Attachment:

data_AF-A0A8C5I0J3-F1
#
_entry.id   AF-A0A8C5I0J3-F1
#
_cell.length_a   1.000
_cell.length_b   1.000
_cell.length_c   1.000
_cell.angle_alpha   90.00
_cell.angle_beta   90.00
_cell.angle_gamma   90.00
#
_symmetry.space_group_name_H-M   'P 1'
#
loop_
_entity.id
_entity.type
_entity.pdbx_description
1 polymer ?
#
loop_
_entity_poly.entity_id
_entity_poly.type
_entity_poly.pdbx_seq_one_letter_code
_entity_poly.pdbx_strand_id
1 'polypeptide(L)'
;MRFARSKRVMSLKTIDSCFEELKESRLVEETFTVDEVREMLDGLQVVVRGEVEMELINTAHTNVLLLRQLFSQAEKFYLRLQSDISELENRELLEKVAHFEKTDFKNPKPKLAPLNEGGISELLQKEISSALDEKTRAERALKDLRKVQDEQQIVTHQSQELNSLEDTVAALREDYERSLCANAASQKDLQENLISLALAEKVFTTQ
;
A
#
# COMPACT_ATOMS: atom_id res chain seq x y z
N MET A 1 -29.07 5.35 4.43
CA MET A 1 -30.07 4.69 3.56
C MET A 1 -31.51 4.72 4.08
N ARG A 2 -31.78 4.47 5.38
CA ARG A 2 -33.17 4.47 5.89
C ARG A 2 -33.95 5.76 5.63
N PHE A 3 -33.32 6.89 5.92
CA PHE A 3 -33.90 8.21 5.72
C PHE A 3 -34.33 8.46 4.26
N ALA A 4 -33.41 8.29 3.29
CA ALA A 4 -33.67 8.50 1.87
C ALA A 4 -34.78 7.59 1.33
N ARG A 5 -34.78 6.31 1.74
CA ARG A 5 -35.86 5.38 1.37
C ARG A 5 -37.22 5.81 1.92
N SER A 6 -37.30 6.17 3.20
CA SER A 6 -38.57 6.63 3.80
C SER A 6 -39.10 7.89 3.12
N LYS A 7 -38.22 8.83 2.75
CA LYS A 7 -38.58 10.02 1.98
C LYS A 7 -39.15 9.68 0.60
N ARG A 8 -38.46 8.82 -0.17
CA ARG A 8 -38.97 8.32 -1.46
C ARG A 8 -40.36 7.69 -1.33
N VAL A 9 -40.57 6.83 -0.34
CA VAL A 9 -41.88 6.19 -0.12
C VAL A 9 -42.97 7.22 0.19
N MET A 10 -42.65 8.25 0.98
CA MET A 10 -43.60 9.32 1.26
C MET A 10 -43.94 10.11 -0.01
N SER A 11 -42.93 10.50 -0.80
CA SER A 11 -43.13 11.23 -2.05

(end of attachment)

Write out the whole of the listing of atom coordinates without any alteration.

data_AF-A0A8C5I0J3-F1
#
_entry.id   AF-A0A8C5I0J3-F1
#
_cell.length_a   1.000
_cell.length_b   1.000
_cell.length_c   1.000
_cell.angle_alpha   90.00
_cell.angle_beta   90.00
_cell.angle_gamma   90.00
#
_symmetry.space_group_name_H-M   'P 1'
#
loop_
_entity.id
_entity.type
_entity.pdbx_description
1 polymer ?
#
loop_
_entity_poly.entity_id
_entity_poly.type
_entity_poly.pdbx_seq_one_letter_code
_entity_poly.pdbx_strand_id
1 'polypeptide(L)'
;MRFARSKRVMSLKTIDSCFEELKESRLVEETFTVDEVREMLDGLQVVVRGEVEMELINTAHTNVLLLRQLFSQAEKFYLRLQSDISELENRELLEKVAHFEKTDFKNPKPKLAPLNEGGISELLQKEISSALDEKTRAERALKDLRKVQDEQQIVTHQSQELNSLEDTVAALREDYERSLCANAASQKDLQENLISLALAEKVFTTQ
;
A
#
# COMPACT_ATOMS: atom_id res chain seq x y z
N MET A 1 -29.07 5.35 4.43
CA MET A 1 -30.07 4.69 3.56
C MET A 1 -31.51 4.72 4.08
N ARG A 2 -31.78 4.47 5.38
CA ARG A 2 -33.17 4.47 5.89
C ARG A 2 -33.95 5.76 5.63
N PHE A 3 -33.32 6.89 5.92
CA PHE A 3 -33.90 8.21 5.72
C PHE A 3 -34.33 8.46 4.26
N ALA A 4 -33.41 8.29 3.29
CA ALA A 4 -33.67 8.50 1.87
C ALA A 4 -34.78 7.59 1.33
N ARG A 5 -34.78 6.31 1.74
CA ARG A 5 -35.86 5.38 1.37
C ARG A 5 -37.22 5.81 1.92
N SER A 6 -37.30 6.17 3.20
CA SER A 6 -38.57 6.63 3.80
C SER A 6 -39.10 7.89 3.12
N LYS A 7 -38.22 8.83 2.75
CA LYS A 7 -38.58 10.02 1.98
C LYS A 7 -39.15 9.68 0.60
N ARG A 8 -38.46 8.82 -0.17
CA ARG A 8 -38.97 8.32 -1.46
C ARG A 8 -40.36 7.69 -1.33
N VAL A 9 -40.57 6.83 -0.34
CA VAL A 9 -41.88 6.19 -0.12
C VAL A 9 -42.97 7.22 0.19
N MET A 10 -42.65 8.25 0.98
CA MET A 10 -43.60 9.32 1.26
C MET A 10 -43.94 10.11 -0.01
N SER A 11 -42.93 10.50 -0.80
CA SER A 11 -43.13 11.23 -2.05